When a loved one dies, it can very difficult on the surviving friends and family members. The intense emotions of dealing with the loss can often make a grieving family member act in ways that would be otherwise uncharacteristic, leading to serious disputes over a variety of matters. A common point of contention is the deceased person’s will, and serious battles can affect the stability of a family for years to come, if not permanently. In an effort to prevent such issues from tearing apart your family after your death, you may wish to consider including a no-contest clause in your will.
In Terrorem Provisions
A no-contest clause is also known as an in terrorem clause, which is a Latin phrase meaning “by way of threat.” Such a clause may be included in your last will and testament to deter beneficiaries from formally contesting the will. Most no-contest provisions specify that if an heir files a contest to the will, that heir will automatically forfeit the portion of the estate intended for him or her. The idea is that, if there is a threat of receiving nothing, or a nominal amount like $5 or $10, a would-be heir is not likely to push for more. It is important to understand that a no-contest clause cannot stop an heir from contesting a will; its only potential impact is to what may happen as a result.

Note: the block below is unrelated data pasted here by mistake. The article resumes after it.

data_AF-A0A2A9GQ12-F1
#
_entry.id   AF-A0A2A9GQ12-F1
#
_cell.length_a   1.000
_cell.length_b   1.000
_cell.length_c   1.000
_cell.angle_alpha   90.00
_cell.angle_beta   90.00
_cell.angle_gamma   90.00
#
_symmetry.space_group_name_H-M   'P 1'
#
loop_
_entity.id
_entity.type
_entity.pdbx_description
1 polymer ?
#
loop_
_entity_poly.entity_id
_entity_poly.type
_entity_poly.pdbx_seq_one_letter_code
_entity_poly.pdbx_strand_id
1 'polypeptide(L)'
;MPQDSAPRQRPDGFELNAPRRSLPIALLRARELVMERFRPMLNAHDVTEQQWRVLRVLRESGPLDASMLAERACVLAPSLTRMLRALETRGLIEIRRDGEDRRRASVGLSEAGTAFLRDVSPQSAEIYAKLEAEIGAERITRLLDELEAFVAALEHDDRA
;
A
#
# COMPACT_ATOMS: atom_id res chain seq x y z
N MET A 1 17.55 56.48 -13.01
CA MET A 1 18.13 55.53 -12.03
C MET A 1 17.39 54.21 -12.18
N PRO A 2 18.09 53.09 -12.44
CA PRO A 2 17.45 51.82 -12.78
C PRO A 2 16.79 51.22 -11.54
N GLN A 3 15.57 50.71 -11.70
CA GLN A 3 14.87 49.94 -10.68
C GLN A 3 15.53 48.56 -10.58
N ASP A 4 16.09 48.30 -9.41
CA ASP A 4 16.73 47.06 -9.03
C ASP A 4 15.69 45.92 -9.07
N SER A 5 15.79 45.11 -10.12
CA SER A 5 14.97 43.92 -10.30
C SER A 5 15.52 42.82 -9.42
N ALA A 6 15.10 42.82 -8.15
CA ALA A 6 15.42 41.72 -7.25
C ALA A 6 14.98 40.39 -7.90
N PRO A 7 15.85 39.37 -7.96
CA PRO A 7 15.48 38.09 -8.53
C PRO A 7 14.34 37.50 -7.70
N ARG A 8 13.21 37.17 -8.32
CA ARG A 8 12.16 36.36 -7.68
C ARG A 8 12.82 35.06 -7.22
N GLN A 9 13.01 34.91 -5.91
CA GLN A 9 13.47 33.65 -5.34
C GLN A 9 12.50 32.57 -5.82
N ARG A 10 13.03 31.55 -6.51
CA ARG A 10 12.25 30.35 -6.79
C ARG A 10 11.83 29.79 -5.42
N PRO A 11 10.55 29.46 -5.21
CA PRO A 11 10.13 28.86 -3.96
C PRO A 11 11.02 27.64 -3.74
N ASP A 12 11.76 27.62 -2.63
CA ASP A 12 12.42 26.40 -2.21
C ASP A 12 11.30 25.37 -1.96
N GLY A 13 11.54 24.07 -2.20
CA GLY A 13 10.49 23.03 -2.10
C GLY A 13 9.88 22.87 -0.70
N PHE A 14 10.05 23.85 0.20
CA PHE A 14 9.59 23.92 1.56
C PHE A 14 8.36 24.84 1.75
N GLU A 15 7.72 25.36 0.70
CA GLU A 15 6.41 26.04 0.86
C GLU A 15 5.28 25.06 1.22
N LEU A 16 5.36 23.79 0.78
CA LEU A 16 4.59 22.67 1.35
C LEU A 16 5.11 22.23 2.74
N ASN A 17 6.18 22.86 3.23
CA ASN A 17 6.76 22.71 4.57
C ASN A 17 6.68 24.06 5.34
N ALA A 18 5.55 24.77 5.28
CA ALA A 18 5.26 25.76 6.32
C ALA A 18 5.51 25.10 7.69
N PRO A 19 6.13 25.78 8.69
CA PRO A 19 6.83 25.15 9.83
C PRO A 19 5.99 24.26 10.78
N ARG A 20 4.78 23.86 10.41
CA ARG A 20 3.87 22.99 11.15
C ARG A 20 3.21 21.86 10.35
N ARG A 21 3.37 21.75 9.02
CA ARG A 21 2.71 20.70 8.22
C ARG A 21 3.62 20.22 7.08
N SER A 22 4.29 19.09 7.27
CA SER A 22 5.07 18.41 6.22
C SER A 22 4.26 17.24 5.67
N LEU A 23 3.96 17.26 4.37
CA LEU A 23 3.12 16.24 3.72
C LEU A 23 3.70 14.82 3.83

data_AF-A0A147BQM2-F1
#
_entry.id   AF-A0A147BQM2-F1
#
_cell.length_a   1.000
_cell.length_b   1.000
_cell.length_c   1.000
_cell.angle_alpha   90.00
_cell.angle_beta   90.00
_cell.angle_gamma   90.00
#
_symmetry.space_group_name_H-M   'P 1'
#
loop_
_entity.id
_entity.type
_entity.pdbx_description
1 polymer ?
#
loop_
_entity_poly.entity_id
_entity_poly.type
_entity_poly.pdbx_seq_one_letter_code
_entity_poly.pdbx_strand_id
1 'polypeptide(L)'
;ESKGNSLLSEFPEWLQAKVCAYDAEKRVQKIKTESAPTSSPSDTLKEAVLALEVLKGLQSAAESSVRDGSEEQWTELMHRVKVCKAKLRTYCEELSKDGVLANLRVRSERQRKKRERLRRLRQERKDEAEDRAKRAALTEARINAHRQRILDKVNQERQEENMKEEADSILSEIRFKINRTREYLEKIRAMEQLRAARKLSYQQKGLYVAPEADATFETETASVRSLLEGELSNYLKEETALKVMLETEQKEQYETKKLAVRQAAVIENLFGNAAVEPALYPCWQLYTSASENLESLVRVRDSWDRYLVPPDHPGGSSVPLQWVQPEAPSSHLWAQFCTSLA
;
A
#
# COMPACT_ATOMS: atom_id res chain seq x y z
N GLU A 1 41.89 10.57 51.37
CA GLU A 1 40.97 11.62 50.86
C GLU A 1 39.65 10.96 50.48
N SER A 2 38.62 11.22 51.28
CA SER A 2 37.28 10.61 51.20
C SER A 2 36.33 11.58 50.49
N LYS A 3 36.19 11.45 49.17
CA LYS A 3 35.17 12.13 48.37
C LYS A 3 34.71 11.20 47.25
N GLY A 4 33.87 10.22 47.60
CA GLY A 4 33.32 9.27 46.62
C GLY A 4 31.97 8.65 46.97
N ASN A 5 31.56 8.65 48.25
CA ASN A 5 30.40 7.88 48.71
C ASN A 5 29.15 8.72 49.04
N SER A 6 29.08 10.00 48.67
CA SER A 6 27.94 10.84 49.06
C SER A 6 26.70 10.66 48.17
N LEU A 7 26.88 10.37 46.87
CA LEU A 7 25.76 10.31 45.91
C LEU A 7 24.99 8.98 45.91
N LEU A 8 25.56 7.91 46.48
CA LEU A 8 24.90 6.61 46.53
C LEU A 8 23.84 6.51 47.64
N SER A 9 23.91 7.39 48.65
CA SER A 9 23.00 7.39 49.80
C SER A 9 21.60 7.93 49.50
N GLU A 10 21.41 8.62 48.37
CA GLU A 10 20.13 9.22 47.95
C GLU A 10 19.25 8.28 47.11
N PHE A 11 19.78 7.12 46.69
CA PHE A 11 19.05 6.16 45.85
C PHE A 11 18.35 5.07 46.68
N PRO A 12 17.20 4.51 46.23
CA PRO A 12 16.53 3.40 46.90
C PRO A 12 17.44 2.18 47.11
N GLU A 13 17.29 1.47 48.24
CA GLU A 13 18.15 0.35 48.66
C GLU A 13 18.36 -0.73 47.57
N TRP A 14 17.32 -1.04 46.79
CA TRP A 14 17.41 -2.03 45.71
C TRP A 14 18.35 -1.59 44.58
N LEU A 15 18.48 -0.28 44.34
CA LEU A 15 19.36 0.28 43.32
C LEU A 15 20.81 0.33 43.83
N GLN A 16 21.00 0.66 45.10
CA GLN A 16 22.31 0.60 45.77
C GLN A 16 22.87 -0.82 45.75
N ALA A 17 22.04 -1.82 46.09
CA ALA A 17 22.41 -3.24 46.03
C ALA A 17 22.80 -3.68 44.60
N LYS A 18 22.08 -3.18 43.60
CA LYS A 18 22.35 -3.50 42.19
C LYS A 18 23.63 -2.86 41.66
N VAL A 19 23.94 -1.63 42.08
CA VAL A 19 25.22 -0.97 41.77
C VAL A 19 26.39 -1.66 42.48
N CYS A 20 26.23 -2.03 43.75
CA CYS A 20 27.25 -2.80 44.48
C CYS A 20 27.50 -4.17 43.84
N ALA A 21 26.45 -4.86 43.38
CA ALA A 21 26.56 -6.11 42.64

Contests Are Possible Anyway
Before deciding to include a no-contest clause in your will, you should meet with an attorney to discuss your particular circumstances. In some cases, the amount intended for specific heirs may not be leverage enough for such a clause to serve as an effective deterrent. For example, if you have a large number of beneficiaries each set to inherit $1,000, an heir might be willing to gamble with that amount to try an obtain a larger inheritance. If the original amount is $100,000, an in terrorem provision may be more effective.
Concerns in Illinois
The law concerning the enforcement of no-contest clauses is rather vague in the state of Illinois. At least one court has set aside a no-contest provision on the grounds that the will contest was filed in good faith on the part of the heir. However, by closely with an attorney and employing the proper language in your will, you will be more likely to ensure that your wishes are carried out regarding your estate.
If you are listed as an heir in a will with a no-contest clause, but you have reason to believe the will was not properly executed, contact an experienced Illinois probate law attorney. We will review your case and help you identify your best option under the law. Call 708-518-8200 today schedule your free consultation and get the representation you need during a difficult time.